The business owners also say a designation would recognize them for their contributions to the city – something other cities have done for Asian American communities in Orange County by recognizing Little Saigon and Koreatown.

“We’re pushing for that because everywhere you see people recognized for their culture.We are the only one which nobody is accepting to recognize that we have a culture and that everybody comes to this area because of what we provide,” Elannan said. 

Elannan has owned the Little Arabia Restaurant and Bakery on Brookhurst Street for eight years and came to the U.S. from Lebanon in 1998 to continue his studies in hotel managment.

“We would love to see that meeting happening and push for it to see these signs like everybody else,” he said.

And it’s not just Arab American business owners that have supported recognizing the area.

Non-Arab residents and business owners have also advocated for Little Arabia.

“The area has been vibrant for many years because of the notion of Little Arabia, which was very needed due to the increased crime and drugs in the area. Therefore, I’m sure that an official designation would bring even more vibrancy because of more investments and tourists that will know more about the area,” Business owner Jack Huerta said at a June council meeting.

Huerta owns a Mexican restaurant near Ball Road and Brookhurst Street.

Families gather during Ramadan in a restaurant located in Little Arabia on April 22, 2021. Credit: JULIE LEOPO, Voice of OC

Moreno’s request came a month after Councilwoman Gloria Ma’ae, who represents the district where Little Arabia sits, called on her colleagues to hold off on scheduling an official recognition until she brings a proposal.

At Tuesday’s meeting, Ma’ae called on staff to bring back a proposal to hire an outside consultant to research the needs of the Brookhurst Street businesses and make recommendations regarding funding for the area.

She called for engagement with all stakeholders “including the Arab American businesses, non Arab American businesses, business patrons, residents and other stakeholders.”

But she didn’t specify when the item would be brought up for discussion and didn’t mention Little Arabia specifically. 

Ma’ae’s request comes more than a year after the Arab American Civic Council and the U.S. Immigration Policy Center at UC San Diego released and conducted a poll that found that 58% of voters support or strongly support officially recognizing Little Arabia and 75% of voters who have visited the area back the recognition.

She said at a previous council meeting in June that she has been talking to the Arab American community on the issue. 

Yet she also spoke against officially recognizing Little Arabia on the same day she was appointed to the city council last year.

[Read: Will Anaheim’s Little Arabia be Officially Recognized After More Than a 10-year Push?]

This is not the first time Moreno has asked for the official recognition to be brought before the council.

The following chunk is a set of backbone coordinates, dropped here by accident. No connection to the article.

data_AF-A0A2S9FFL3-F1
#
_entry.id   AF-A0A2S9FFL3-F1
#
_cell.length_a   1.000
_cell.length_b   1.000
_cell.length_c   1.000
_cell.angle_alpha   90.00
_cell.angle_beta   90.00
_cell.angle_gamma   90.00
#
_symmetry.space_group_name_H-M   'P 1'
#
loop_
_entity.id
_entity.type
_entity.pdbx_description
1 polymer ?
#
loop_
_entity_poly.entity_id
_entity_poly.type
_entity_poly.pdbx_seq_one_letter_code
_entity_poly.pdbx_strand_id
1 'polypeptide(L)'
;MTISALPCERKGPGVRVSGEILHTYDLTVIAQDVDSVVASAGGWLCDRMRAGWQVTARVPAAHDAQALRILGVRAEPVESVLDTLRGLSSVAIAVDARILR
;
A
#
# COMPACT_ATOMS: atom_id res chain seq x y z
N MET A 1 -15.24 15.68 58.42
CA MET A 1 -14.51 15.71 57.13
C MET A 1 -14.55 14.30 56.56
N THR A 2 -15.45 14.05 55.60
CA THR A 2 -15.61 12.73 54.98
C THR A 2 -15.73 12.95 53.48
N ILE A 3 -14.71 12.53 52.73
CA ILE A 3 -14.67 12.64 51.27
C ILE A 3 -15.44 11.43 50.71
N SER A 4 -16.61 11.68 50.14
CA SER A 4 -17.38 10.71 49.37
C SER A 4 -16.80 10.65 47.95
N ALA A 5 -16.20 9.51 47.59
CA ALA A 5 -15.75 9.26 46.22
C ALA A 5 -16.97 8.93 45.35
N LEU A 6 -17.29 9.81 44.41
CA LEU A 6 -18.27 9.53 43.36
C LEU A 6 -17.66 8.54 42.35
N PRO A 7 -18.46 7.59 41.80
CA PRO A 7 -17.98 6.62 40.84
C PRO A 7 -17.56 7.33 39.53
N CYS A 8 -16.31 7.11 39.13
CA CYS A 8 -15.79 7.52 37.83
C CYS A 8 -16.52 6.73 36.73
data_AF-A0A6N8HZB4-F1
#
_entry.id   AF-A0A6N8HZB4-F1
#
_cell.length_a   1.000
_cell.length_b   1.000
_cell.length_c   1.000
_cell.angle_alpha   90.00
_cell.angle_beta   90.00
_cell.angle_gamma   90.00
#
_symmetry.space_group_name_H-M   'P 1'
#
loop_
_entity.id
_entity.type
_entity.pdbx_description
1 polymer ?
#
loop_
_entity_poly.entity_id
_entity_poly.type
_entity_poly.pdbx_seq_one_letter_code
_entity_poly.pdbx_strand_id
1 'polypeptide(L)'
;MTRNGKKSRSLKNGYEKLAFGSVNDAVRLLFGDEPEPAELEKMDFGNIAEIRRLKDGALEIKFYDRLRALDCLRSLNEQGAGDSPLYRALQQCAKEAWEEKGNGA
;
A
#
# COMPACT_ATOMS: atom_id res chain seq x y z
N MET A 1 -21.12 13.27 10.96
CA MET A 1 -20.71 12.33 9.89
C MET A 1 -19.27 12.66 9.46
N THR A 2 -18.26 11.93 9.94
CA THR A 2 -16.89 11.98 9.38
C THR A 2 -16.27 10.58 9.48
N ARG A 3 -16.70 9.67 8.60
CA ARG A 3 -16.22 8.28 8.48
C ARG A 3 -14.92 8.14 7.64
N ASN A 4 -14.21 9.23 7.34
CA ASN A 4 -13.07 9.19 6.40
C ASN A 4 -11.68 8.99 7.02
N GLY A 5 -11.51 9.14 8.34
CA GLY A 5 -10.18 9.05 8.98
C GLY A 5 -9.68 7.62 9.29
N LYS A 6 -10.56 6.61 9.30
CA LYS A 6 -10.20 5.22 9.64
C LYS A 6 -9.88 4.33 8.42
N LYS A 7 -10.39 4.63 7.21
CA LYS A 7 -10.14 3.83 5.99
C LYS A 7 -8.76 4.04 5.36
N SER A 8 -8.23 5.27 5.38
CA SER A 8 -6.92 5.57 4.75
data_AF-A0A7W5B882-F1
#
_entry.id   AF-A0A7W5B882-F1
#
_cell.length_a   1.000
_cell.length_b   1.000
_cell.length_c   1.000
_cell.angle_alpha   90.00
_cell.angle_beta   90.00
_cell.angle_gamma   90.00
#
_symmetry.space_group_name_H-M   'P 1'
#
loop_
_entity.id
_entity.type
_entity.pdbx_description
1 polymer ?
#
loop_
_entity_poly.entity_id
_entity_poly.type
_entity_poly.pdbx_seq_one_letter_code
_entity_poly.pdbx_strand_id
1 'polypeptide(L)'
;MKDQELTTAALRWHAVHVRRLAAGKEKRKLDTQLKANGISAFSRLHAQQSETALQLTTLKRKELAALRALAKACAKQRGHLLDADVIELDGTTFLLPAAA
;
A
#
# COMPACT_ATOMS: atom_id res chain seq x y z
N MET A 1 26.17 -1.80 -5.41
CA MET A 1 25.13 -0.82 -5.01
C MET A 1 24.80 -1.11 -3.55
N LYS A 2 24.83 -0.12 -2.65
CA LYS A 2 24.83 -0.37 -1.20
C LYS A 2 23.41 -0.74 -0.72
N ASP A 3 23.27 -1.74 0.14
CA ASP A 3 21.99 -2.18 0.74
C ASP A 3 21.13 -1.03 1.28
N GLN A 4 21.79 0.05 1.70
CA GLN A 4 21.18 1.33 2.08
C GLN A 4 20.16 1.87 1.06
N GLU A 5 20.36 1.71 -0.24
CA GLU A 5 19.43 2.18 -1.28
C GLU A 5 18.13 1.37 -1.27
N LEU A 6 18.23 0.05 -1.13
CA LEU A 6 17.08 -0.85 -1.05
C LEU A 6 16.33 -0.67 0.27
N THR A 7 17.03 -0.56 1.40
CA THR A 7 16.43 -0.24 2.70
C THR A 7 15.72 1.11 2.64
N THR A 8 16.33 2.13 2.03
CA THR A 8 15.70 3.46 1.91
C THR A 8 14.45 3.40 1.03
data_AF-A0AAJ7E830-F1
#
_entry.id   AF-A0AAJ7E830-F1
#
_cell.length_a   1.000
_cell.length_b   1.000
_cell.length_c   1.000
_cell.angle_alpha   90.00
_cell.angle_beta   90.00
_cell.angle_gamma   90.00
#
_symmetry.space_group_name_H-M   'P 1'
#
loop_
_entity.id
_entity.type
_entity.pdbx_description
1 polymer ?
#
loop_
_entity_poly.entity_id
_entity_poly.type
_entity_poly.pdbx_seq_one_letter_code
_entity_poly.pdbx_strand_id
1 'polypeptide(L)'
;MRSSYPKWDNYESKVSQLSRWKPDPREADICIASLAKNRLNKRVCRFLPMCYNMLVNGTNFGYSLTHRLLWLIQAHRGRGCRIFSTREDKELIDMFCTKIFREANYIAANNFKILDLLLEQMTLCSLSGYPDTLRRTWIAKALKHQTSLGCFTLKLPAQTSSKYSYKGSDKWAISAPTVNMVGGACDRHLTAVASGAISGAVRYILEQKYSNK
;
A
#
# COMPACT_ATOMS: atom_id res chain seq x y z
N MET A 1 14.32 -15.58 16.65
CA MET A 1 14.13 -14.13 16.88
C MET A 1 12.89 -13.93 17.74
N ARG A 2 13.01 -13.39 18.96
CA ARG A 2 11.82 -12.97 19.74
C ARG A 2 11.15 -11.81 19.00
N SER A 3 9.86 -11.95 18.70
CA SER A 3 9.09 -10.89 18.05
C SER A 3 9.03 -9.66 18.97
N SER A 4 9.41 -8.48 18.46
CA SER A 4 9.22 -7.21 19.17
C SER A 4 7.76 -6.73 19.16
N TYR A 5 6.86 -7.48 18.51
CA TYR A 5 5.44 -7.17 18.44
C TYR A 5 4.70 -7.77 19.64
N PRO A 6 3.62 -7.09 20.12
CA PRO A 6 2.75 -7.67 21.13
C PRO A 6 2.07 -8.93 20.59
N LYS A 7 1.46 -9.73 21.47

Moreno called for the discussion on the issue in January 2021, but did not receive any support from his colleagues, including Councilman Steve Faessel and former Councilman Jordan Brandman, who both promised to support the designation in their 2016 campaign trails.

Only this time Moreno didn’t need support from his colleagues to force them to have the long awaited discussion on recognizing Little Arabia.

In June, city council members voted 4-2 to do away with a rule that required council members to have the support of at least two of their colleagues  to put an item on a meeting agenda.

A new policy allows one council member to request for an item to be added to the agenda of a future meeting.

Alhara Meat, a butcher shop, is one of several Arab American businesses that make up the store fronts on Brookhurst Street in Anaheim’s Little Arabia. Credit: JULIE LEOPO, Voice of OC

Residents and business owners renewed their push for officials to recognize Little Arabia – after former Mayor Harry Sidhu resigned in May following revelations of an FBI corruption probe into his city hall dealings surfaced last month. 

Sidhu also came under fire after an Arab American community leader previously told Voice of OC that the former mayor wasn’t interested in pushing for an official city designation of the area because some people in the community held a fundraiser for his opponent in the 2018 election. 

“Many things have happened in the city lately that open eyes on so many subjects and one of the subjects was Little Arabia,” Elannan said.

Ma’ae and Sidhu aren’t the only ones from the council to have spoken out against recognizing Little Arabia.

Councilman Jose Diaz told the Voice of OC in 2020 that it was too soon to officially recognize Little Arabia.

“I see Anaheim as a solid unit that welcomes everybody,” Diaz said back then. “It is a very, very diverse area. At this time to designate the area as Little Arabia — I think it’s too early. I’m not saying it’s never going to happen but at this point it is a very diverse area calling it Little Arabia is kind of a stretch.”

At yesterday’s meeting, Diaz recognized an Iraqi immigrant who runs a small business in West Anaheim. The business he recognized, Al Tannour, is listed on the directory of the Little Arabia district website.

“I love immigrant stories,” he said “This is an Iraqi immigrant who fulfilled his lifelong dream of owning his own restaurant and bakery.”

“I love American (stories) like that – people that came to this country to do the best and become successful.”

Hosam Elattar is a Voice of OC reporter and corps member with Report for America, a GroundTruth initiative. Contact him at helattar@voiceofoc.org or on Twitter @ElattarHosam.